Caught in the grip of a major economic recession, Greece has been disengaged from other national policy issues for the last six months, but they are now trying to undo the world’s image of a freefalling financially Greece. The first steps were made quite clear at the NATO meeting.

 

Questions that are therefore raised: are we to expect a strategic turn of Greece, from low politics to higher than usual policies? Will Greece finally resort to new and attractive to the Alliance and the U.S. political forms of negotiation tools? Is Greece ready to negotiate or take new initiatives, as there seems to be a downturn in relations in between Turkey and Israel in the Eastern Mediterranean? Will Greece portray a true westernized ability to negotiate, take initiatives and implement policies of both the EU and NATO?
The new Strategic Concept of NATO is expected to be finalized in November, during the Heads of State Lisbon Summit. It is expected to be a comprehensive but simple concept, and include all the points negotiated amongst alliance members. It is a political concept that will be implemented following the summit by the military committee of NATO. Greece is by that time expected to take an initiative vis-à-vis NATO, in terms of a jointly agreed operational planning, legalized in terms of NATO’s communicational skills. Financial burden-sharing, is something that Greece is now willing to discuss as was the case initially with the United States.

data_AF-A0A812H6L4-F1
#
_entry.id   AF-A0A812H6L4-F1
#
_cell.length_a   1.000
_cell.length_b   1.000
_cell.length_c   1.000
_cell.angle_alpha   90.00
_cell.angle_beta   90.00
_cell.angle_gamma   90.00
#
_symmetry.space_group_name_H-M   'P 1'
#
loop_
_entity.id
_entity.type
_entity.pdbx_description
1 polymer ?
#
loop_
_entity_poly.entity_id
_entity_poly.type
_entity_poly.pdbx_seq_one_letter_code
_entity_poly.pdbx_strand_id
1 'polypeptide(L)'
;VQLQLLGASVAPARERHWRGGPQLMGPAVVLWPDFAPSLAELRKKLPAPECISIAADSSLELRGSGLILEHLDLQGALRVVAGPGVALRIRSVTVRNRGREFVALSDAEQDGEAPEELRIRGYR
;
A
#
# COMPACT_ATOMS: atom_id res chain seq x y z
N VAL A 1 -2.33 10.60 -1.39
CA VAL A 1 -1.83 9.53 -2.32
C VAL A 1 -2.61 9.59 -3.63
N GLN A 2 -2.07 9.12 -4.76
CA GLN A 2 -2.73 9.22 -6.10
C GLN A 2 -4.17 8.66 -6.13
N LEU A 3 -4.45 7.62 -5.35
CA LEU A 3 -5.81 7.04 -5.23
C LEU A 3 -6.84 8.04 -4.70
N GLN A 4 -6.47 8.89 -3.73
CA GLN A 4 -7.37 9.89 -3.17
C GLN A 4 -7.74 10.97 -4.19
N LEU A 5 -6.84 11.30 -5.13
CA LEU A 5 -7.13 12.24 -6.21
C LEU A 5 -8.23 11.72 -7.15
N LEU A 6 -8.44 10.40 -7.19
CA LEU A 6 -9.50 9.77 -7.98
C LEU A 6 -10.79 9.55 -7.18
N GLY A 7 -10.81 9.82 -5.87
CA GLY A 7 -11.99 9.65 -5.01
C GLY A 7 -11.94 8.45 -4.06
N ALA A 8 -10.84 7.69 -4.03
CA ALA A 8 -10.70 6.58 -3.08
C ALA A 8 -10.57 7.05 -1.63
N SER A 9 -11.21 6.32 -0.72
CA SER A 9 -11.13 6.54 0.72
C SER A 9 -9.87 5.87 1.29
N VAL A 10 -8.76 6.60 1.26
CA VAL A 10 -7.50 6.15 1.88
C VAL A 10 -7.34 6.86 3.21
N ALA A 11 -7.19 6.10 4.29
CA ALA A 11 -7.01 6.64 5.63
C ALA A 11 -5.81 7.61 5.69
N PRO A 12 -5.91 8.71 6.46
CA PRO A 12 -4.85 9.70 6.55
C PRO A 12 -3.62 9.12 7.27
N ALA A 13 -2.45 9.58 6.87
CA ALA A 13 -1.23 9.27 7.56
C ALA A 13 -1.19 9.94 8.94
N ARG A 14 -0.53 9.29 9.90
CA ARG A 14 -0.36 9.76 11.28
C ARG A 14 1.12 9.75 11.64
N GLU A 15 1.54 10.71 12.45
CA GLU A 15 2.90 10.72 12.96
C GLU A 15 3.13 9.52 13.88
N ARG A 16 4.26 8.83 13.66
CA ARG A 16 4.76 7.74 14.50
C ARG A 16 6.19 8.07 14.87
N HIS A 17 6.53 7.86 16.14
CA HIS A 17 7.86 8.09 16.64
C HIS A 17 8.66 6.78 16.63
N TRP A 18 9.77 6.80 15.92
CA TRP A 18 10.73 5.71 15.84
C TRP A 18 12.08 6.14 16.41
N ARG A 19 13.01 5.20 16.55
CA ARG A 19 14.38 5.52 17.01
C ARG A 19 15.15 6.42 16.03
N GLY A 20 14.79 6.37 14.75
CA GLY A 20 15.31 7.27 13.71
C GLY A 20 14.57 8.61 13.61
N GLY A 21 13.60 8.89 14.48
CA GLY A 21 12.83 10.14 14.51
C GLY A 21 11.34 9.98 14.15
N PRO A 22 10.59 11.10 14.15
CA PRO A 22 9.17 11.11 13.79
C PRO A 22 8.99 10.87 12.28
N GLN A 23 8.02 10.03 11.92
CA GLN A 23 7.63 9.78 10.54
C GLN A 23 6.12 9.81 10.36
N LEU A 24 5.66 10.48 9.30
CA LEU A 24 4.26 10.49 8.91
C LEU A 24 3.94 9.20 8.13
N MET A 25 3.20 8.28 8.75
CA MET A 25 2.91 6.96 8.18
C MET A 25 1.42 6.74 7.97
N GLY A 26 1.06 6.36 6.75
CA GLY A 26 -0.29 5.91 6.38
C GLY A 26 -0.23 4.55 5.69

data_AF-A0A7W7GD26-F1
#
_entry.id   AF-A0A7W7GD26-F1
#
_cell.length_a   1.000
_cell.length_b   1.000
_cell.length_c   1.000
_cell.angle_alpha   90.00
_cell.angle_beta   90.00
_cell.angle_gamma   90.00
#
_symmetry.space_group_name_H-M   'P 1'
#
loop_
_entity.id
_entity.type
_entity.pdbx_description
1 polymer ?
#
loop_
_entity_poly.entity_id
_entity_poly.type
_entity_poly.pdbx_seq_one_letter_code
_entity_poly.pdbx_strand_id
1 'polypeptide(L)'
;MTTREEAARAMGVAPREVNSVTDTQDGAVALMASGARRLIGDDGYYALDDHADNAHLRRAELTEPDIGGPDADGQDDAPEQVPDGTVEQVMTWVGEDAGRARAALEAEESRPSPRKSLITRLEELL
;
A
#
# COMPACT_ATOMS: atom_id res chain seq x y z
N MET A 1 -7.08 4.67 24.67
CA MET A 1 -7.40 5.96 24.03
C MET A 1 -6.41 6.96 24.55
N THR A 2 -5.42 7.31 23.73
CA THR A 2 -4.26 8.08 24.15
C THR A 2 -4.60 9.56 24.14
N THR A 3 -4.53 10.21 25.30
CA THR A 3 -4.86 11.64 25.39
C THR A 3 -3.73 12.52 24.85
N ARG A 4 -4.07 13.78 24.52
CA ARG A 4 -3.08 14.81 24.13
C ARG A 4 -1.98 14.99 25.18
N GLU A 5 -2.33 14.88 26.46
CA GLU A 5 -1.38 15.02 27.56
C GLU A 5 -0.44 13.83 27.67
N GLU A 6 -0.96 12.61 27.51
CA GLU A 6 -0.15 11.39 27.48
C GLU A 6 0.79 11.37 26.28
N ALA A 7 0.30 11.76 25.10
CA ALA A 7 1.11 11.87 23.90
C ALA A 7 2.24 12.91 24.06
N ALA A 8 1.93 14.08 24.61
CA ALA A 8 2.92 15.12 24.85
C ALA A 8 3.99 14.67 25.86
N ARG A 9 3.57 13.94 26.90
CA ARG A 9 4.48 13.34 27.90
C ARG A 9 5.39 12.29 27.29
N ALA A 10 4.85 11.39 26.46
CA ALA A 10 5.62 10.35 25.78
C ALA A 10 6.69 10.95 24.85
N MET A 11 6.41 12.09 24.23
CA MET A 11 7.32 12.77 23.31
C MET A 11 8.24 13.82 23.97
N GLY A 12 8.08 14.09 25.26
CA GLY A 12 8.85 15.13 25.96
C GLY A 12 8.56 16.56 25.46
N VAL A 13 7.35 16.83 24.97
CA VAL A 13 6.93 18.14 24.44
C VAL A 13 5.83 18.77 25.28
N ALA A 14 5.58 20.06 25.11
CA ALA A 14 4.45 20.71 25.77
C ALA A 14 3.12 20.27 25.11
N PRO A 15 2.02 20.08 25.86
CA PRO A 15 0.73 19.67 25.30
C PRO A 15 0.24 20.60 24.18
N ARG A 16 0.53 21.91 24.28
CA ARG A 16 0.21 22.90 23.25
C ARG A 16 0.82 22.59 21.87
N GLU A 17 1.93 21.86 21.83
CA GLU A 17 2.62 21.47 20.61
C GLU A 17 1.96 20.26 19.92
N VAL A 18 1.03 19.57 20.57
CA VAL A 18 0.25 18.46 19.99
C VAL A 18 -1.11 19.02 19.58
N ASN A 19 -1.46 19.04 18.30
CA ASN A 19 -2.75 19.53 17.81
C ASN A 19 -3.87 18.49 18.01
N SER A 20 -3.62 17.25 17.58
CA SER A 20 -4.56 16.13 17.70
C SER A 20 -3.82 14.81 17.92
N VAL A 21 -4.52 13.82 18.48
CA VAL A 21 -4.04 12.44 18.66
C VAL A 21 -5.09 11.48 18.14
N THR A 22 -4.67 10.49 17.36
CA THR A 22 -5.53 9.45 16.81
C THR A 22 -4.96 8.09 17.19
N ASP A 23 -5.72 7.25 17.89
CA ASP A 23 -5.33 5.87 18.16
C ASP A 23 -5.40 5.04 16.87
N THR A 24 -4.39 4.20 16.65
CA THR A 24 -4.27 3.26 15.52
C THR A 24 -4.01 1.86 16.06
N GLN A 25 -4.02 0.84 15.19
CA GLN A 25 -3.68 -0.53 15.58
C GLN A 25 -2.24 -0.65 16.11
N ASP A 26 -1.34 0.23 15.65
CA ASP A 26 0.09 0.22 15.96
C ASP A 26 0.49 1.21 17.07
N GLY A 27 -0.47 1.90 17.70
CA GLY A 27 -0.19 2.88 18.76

Greece’s time has come to change, in the level of political implementation. We are soon to expect a turning point in its external relations agenda with more initiatives closer to the US needs.

 

What is to be said is that Greece’s credibility and sustainability not only financially, but also politically (e.g. NATO level) but also socially is at stake. If therefore NATO is therefore looking for initiatives, Greece is getting ready to do just this. NATO’s interests are of sudden high national interest to the state.